Wikimedia, Creative Commons, Photo by Philipp Weigell
Hafravatn is a lake on the outskirts of Iceland’s capital city, Reykjavík, in the west of the country.
Hafravatn is a relatively small lake. It is just over a kilometre squared, its deepest point is 28 metres (92 feet), and it sits 76 metres (249 feet) above sea level. It is, however, larger than its neighbouring lake, Langavatn, which sits to the southwest.
The lake is filled with water coming from the Seljadalsá river, which runs into its eastern side, and the river Úlfarsfellsá flows out of it. This river is named after the adjacent mountain Úlfarsfell, and the lake itself is named after another, Hafrafell.
As is the case in many of Iceland’s serene locations, there are several holiday homes surrounding Hafravatn, where locals retreat to get close to the nature in summer. Until the seventies, there was a farm on site, as can be noted by the abandoned sheep pen against the lake’s shores.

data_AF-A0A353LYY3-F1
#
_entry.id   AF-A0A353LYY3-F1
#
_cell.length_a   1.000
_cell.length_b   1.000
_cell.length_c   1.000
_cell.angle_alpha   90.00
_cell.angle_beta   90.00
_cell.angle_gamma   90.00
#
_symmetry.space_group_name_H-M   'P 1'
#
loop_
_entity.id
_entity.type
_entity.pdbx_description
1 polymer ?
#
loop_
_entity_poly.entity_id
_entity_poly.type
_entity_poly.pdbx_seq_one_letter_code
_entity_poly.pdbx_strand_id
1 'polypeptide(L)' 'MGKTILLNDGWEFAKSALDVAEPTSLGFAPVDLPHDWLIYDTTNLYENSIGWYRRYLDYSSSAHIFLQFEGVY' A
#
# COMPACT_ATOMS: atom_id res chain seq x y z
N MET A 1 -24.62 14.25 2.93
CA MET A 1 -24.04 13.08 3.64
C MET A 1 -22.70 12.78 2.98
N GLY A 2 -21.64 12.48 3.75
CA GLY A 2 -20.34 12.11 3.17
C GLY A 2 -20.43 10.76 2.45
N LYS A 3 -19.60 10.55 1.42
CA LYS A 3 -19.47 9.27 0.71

Due to its proximity to Reykjavík, Hafravatn is seen or featured on many tours and activities from the city. Of particular note are the many buggy and all-terrain vehicle excursions that leave the capital, which ascend the aforementioned mountains of Úlfarsfell and Hafrafell after circling the lake.
By Hafravatn is a launching site for paragliders, allowing guests to achieve incredible views of west Iceland, that include the capital, Faxaflói bay, Mount Esjan, and the Snæfellsnes and Reykjanes Peninsulas, without ascending a mountain.
Finally, the lake is renowned for its fishing opportunities. Hafravatn is pregnant with many small arctic char, a delicacy in Iceland, and also home to the larger brown trout, which are caught on occasion.
Salmon have also been known to enter the lake from the river, but the area is not considered to be particularly good for salmon fishing compared to some other parts of the country.